The cabinet-maker John McLean (d. 1815) acquired additional premises in Upper Marylebone Street in 1790. The label on this writing-table was in use from circa 1799 to 1805 and records his partnership with his son William (d. 1825). McLean subscribed to Thomas Sheraton's The Cabinet Dictionary, London, 1803 in which he is mentioned in the text for a pouch work table (pl. 65) '...The design...was taken from one executed by Mr M'Lean in Mary-le-bone street, near Tottenham court road, who finishes small articles in the neatest manner'. His work has a distinctive manner finished very neatly in the French style, mainly using rosewood with banding in satinwood or boxwood and towards the end of the firm's existence, brass-inlay.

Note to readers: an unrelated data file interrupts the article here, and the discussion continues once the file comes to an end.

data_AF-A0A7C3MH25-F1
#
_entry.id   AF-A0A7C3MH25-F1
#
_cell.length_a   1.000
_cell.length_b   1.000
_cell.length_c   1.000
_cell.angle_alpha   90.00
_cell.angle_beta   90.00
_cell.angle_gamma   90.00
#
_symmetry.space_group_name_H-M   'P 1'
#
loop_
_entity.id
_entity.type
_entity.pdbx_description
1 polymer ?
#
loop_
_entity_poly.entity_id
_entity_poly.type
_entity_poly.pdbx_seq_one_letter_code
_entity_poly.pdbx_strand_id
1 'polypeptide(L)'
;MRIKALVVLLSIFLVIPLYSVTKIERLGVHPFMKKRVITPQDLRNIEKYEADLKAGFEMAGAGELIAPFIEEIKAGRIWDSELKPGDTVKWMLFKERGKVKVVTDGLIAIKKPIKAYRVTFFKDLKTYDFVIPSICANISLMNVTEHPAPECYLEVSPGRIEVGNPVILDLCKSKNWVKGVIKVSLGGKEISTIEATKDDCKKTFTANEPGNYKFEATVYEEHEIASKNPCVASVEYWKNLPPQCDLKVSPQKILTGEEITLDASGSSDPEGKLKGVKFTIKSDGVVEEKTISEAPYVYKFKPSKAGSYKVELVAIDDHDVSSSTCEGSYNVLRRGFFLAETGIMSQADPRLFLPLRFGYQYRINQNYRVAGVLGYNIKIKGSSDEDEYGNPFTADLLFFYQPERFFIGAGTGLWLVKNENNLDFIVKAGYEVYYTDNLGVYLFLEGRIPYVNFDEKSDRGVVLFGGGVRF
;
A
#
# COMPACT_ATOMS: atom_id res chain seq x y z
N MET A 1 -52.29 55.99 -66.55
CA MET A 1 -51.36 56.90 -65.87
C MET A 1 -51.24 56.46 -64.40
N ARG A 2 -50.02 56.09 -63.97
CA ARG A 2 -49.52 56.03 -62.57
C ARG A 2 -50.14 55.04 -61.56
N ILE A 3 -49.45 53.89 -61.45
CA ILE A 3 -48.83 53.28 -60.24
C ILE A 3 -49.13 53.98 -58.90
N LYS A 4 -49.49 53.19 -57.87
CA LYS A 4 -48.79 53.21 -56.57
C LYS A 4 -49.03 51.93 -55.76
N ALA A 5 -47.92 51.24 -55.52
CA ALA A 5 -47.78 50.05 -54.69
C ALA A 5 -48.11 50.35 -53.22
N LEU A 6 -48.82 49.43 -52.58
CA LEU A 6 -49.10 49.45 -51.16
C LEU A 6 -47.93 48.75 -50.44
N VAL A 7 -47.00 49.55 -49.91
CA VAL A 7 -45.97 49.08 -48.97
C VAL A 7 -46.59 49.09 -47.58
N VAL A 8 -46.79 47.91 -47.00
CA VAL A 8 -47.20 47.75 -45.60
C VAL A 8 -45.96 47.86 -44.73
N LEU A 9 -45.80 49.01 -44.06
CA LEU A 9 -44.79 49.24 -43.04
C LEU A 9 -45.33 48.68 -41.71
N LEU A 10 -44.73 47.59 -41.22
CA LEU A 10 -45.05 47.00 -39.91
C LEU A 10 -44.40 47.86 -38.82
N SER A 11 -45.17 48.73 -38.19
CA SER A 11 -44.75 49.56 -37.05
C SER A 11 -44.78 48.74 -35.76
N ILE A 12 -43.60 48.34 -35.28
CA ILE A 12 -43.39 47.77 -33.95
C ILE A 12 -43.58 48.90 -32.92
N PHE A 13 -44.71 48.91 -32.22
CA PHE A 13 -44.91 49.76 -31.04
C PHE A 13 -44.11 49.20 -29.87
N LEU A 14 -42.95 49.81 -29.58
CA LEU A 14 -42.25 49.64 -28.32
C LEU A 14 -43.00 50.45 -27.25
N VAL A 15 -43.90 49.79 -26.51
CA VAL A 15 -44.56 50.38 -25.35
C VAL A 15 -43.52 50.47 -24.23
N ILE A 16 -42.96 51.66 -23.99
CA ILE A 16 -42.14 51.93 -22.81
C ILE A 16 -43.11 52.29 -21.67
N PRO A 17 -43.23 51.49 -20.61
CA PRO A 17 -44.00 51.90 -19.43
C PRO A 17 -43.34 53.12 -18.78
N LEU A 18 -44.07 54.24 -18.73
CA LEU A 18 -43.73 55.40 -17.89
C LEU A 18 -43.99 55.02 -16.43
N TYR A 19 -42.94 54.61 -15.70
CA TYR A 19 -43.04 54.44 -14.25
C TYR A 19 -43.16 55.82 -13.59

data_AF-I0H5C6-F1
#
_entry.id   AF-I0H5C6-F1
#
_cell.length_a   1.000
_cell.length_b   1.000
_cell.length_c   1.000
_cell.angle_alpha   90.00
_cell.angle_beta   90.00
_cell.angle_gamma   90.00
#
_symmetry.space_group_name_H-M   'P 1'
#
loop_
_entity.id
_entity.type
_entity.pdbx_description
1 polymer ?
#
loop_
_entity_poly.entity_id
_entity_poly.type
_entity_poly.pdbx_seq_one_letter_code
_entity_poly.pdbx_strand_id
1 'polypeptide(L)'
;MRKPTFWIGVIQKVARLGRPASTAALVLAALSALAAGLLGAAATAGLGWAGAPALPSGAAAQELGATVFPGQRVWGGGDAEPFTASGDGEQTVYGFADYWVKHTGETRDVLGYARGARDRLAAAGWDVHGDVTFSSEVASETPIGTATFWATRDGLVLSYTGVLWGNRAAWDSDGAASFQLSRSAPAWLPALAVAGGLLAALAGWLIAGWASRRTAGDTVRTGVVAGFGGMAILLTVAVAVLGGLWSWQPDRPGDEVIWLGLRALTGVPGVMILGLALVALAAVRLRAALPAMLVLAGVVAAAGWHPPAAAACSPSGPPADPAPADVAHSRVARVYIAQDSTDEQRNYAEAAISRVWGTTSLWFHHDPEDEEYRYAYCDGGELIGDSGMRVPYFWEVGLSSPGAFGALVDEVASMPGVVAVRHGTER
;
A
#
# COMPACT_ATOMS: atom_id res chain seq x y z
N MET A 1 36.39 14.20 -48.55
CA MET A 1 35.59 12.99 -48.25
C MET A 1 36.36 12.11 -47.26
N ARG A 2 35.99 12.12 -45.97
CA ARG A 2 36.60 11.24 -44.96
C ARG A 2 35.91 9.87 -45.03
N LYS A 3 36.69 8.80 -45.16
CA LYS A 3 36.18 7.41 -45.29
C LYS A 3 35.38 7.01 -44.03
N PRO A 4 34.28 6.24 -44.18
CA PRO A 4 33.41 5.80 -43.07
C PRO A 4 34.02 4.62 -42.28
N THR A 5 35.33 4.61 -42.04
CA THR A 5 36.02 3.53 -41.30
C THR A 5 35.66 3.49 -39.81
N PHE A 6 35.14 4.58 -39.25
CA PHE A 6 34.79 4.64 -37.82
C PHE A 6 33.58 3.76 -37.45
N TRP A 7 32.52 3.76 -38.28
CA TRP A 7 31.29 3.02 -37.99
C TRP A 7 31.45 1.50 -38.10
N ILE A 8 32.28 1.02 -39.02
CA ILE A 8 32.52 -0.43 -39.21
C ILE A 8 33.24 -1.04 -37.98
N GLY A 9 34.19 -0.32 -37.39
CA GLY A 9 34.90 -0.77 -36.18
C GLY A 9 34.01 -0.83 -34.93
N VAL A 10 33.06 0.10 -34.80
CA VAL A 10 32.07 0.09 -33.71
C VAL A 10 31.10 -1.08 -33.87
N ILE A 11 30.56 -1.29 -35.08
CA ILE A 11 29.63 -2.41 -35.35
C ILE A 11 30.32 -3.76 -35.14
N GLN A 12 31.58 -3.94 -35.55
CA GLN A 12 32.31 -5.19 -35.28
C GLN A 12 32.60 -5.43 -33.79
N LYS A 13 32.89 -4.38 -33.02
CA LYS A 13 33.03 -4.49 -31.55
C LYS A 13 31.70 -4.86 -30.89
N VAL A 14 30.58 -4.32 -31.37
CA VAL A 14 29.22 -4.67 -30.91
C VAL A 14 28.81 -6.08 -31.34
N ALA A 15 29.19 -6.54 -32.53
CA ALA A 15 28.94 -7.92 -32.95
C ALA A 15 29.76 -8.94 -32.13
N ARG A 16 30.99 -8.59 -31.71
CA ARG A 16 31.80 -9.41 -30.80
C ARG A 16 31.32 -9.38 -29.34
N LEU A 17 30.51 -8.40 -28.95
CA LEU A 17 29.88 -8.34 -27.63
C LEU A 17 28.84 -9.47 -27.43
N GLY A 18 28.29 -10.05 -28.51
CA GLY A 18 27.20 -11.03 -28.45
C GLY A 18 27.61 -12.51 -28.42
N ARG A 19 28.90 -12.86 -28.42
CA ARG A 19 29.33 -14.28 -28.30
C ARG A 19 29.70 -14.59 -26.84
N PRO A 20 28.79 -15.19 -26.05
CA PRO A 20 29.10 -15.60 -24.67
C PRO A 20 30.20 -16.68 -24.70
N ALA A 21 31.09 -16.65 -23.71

A related bonheur du jour with very similar gilded-brass mounted legs headed by ribbed panels and a shaped galleried undertier is illustrated in S. Redburn,'John McLean and Son', Furniture History, Leeds, 1978, pl. 38B; it also bears McLean's trade label. A further related bonheur du jour, attributed to John McLean was sold anonymously, Christie's New York, 26 June 1982, lot 177.